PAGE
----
Tag Archives: #painting

Karen O’Neil

Woodstock-based painter Karen O’Neil grew up in an artistic family learning to paint light from her brother James. Her still life paintings of glassware, china and fruits has an airy quality showing an artist fascinated by transparency and reflection. She says this about still life on ASLinea.org:

“My fascination with still life began in art school.  It’s about the pure joy of seeing – the monumental and profound in our everyday visual experiences.”

The artist can be found on her website and on Facebook.

Images: Courtesy of Karen O’Neil.

Eyvind Earle (1916 – 2000)

Eyvind Earle was an American artist, author and illustrator, who began painting when he was 10 years old and had his first solo show in France when he was 14. The fine artist and printmaker produced distinctive interpretations of iconic American landscapes. He was already a well-established artist when he joined the staff at Walt Disney Productions in 1951 and was the lead stylist for the film, Sleeping Beauty. He also designed over 800 greeting cards for the American artist Group and continued to create independently after leaving Disney Studios. In 1966 he returned to full-time painting.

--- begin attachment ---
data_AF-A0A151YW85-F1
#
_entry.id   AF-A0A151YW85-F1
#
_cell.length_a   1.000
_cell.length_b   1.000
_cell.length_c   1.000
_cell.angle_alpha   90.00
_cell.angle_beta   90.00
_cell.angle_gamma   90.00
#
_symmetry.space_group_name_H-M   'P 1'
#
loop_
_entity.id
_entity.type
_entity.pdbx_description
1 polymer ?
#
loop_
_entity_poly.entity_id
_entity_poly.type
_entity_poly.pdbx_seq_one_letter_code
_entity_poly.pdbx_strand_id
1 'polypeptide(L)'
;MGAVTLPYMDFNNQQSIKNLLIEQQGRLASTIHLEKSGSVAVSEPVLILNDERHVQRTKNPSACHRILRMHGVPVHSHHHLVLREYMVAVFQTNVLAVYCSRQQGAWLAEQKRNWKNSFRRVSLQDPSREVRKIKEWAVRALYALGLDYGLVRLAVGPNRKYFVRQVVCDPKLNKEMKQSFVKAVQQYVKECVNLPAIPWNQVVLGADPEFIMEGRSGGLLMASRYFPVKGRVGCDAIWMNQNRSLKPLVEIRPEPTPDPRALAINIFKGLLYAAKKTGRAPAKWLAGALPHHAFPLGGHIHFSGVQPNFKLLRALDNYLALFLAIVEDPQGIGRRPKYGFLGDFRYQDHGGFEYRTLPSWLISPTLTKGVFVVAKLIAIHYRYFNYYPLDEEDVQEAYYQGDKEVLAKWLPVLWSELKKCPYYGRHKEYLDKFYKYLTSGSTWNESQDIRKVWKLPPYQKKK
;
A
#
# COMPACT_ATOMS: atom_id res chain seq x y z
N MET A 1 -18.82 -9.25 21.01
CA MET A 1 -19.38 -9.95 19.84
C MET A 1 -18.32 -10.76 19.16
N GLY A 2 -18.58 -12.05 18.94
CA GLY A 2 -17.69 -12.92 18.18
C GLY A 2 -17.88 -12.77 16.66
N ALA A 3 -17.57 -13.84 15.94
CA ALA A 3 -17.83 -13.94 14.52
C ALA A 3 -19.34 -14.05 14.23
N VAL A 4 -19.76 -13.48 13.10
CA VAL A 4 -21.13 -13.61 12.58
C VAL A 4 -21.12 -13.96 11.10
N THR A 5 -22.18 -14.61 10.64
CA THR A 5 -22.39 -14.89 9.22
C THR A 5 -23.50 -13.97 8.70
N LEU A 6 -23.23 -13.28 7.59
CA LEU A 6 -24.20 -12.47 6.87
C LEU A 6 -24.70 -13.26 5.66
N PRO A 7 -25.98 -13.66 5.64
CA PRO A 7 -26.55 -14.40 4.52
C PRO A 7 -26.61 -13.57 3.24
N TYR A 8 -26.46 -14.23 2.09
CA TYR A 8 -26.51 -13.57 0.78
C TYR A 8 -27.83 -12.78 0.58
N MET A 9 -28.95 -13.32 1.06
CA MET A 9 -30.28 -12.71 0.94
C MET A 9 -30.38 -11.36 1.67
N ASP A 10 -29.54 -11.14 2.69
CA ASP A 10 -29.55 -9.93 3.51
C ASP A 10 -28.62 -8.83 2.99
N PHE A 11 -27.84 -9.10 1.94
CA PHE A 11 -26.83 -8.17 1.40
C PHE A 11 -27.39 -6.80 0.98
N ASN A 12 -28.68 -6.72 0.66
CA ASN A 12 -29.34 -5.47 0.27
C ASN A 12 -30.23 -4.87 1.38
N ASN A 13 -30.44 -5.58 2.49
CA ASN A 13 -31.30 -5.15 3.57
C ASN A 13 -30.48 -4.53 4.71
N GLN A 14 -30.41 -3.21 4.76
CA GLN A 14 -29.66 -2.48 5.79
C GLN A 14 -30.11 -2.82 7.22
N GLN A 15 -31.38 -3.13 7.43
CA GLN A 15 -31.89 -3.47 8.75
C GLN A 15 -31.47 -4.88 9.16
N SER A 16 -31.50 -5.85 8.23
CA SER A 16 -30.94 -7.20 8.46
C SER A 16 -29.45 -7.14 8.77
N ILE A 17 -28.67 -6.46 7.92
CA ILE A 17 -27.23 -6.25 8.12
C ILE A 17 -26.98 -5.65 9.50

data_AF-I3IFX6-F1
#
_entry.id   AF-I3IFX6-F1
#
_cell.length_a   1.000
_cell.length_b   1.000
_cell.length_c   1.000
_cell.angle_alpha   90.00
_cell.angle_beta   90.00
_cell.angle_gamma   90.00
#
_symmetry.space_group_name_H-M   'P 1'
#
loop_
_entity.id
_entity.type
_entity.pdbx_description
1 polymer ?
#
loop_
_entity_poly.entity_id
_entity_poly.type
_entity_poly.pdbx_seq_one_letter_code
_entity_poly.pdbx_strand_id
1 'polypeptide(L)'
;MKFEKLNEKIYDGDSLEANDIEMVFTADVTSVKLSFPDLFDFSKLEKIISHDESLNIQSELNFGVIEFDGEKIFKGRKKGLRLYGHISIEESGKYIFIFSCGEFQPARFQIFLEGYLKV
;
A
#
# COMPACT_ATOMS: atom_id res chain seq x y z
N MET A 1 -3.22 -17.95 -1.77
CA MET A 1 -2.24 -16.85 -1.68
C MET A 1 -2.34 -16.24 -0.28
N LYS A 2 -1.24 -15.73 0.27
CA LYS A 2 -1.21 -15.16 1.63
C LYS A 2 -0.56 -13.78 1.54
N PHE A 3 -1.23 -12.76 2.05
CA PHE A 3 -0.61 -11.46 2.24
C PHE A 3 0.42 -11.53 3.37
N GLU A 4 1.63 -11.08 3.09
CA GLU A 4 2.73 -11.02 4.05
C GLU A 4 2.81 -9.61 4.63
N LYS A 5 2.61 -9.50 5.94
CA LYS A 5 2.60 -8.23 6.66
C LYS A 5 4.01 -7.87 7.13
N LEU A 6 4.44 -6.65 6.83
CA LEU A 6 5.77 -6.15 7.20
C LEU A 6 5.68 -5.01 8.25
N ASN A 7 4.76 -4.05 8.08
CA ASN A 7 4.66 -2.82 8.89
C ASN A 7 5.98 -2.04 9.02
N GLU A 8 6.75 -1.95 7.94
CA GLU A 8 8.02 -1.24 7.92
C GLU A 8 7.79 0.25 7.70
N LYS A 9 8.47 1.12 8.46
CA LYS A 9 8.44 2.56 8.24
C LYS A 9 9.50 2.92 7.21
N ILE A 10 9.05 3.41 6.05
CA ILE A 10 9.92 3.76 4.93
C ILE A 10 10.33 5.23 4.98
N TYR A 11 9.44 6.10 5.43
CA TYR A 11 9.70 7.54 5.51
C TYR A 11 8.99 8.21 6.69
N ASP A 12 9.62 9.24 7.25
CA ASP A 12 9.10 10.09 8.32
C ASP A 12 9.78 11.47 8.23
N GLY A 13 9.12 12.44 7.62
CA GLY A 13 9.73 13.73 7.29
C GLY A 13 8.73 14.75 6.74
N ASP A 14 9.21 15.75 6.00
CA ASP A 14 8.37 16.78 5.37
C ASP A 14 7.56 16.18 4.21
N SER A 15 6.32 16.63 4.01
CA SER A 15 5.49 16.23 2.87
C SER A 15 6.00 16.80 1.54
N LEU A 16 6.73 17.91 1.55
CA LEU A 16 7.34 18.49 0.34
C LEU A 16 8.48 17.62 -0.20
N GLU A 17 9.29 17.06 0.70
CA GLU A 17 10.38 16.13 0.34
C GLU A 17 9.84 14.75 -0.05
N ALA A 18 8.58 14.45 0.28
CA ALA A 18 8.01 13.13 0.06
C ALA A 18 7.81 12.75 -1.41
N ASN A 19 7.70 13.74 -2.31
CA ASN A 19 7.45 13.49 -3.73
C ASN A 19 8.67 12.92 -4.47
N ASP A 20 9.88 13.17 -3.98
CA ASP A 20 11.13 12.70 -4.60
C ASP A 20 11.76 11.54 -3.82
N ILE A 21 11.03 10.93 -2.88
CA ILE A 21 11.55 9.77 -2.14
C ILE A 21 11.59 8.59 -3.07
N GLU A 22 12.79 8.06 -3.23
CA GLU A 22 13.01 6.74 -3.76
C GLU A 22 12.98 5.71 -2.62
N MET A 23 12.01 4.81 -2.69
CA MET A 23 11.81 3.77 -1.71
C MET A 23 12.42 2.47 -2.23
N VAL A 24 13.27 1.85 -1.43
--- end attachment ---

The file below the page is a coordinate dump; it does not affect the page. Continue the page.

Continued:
You can view more of his work on his website and some of his serigraphs are available on Gallery 21.

Images: Courtesy of Eyvind Earle Estate.


Shigeno Ichimura

Admiring the tenacity of Japanese artist Shigeno Ichimura in creating these incredible
silver monochrome paintings. The artist was born in Okinawa, raised in Tokyo and has lived and worked in New York since 1989. His work starts with a single dot that slowly emerges into a larger circular pattern. At first glance the dots look mechanically produced but they have been in fact meticulously squeezed out with precision by the artist’s own hand. On My Modern Met he gives us an insight into his work:

“My works begin with one small dot, squeezed out by hand onto canvas.”

“One small dot evokes many others, finally forming a group, a gathering that seems to have purpose. Each small dot works together with the rest, calling out to the others, reaffirming both its isolation and its place in the group. For me, it all begins with a single dot.”

You can view more of his work on his website and on Facebook.

Images: Courtesy of Shigeno Ichimura.